The third trim spec (3/KX-3) adds heated leather seats, high-gloss cabin trim and a very effective premium sound system from JBL. Between grades 2 and 3 comes the GT Line, which features 19-inch alloys and LED front fog lights. It also borrows the 4.2-inch LCD TFT instrument display from the 3, along with various uprated cabin materials.

Top spec models receive bi-xenon headlights, keyless start, plus a host of electronic safety systems. The 4/KX-4 gets Autonomous Emergency Braking and Blind Spot Detection with Rear Cross Traffic Alert, while the First Edition adds Kia’s intuitive Smart Parking Assist system, a smart powered tailgate, a wireless mobile phone charger and metallic paint. Phew.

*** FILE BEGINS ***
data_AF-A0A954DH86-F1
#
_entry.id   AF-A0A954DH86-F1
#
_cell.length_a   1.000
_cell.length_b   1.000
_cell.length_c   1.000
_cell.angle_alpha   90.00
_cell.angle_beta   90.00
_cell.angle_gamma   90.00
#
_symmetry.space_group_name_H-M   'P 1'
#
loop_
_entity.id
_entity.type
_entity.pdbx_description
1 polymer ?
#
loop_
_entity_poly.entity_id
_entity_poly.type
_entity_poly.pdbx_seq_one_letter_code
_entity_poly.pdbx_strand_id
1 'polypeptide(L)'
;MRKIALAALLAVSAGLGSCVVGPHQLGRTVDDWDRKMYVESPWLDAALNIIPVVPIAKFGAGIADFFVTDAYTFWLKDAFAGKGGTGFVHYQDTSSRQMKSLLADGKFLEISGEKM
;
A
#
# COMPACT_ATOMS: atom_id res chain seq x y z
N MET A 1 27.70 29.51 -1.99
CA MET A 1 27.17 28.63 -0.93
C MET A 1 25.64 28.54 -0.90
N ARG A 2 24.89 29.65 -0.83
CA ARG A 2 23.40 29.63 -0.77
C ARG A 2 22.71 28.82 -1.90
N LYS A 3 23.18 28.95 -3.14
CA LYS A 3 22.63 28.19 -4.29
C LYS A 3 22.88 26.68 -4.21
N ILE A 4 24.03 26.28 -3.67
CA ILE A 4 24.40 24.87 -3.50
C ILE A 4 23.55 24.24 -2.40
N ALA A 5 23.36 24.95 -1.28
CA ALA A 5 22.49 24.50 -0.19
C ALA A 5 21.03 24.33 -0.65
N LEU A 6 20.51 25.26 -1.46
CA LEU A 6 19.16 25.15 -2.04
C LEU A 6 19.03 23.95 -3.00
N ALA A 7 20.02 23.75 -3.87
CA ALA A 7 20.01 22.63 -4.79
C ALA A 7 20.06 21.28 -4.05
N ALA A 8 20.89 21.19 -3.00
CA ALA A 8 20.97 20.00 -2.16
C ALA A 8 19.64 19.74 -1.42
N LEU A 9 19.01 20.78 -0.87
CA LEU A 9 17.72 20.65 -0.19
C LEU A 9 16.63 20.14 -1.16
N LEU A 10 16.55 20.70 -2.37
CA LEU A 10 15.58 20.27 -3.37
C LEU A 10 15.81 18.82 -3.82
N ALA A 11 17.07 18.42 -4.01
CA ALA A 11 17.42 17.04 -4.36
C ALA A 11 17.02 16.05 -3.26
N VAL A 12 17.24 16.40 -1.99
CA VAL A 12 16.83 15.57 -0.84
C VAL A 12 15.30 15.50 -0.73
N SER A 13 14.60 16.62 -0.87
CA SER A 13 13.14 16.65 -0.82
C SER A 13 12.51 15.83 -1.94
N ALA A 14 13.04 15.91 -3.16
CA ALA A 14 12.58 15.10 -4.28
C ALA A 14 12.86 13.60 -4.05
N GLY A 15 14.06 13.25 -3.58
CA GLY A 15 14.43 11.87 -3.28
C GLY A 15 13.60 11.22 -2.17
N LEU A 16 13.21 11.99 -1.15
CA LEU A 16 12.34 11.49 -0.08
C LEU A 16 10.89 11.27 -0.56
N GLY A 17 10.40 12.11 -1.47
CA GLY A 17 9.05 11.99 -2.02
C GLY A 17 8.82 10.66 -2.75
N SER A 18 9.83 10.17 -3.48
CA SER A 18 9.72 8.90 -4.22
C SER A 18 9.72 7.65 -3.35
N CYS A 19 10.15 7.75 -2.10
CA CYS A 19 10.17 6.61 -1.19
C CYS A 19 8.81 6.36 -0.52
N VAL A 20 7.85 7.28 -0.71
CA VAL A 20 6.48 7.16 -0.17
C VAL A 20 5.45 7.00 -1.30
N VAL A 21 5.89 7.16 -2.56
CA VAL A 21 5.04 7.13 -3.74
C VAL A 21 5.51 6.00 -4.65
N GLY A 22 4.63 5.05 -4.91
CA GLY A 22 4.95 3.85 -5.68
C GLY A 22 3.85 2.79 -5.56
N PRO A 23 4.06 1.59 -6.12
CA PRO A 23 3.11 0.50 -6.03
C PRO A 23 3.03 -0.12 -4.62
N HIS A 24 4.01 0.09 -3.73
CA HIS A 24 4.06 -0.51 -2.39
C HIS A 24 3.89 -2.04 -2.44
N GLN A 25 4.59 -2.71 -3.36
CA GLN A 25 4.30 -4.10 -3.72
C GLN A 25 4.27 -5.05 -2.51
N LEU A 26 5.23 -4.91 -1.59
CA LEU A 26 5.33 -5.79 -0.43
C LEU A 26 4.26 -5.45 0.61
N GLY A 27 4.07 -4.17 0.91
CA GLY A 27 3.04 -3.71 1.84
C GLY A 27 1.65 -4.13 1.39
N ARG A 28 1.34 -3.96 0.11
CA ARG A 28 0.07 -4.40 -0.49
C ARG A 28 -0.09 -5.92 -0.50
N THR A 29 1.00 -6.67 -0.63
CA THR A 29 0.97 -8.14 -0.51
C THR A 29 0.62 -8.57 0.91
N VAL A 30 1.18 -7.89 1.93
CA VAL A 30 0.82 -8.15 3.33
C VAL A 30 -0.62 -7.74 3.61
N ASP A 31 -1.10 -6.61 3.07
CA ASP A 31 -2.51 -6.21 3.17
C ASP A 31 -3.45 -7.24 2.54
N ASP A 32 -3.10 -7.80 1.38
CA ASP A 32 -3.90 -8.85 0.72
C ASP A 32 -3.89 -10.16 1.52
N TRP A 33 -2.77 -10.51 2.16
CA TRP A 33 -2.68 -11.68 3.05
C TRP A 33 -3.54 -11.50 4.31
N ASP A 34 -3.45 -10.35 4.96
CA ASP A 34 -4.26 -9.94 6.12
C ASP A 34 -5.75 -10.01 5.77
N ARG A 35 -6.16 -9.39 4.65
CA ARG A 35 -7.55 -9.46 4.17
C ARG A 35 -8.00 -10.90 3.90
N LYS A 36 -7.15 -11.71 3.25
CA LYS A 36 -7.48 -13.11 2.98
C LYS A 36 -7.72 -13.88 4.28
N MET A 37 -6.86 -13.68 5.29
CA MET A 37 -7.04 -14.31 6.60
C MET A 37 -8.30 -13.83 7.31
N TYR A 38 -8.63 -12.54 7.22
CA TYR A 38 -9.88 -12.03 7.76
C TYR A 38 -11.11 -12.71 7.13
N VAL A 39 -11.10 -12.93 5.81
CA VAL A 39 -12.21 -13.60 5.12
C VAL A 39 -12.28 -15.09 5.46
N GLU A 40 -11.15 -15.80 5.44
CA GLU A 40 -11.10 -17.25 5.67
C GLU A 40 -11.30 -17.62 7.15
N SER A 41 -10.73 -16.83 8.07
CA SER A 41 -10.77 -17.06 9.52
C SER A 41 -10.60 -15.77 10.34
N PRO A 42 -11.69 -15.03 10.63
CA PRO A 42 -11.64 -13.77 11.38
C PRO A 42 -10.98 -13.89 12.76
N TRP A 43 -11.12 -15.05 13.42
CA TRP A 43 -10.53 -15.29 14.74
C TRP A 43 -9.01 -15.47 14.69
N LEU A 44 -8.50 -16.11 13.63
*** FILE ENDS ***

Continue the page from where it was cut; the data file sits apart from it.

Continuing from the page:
Kia’s recent success means that residual values are predicted to be good. The new Sportage also comes with a five star Euro NCAP safety rating and the Korean brand’s unique seven year or 100,000 mile transferable warranty. It may not be the huge leap on that its predecessor was, but neither does it need to be. This deserves to be another strong seller.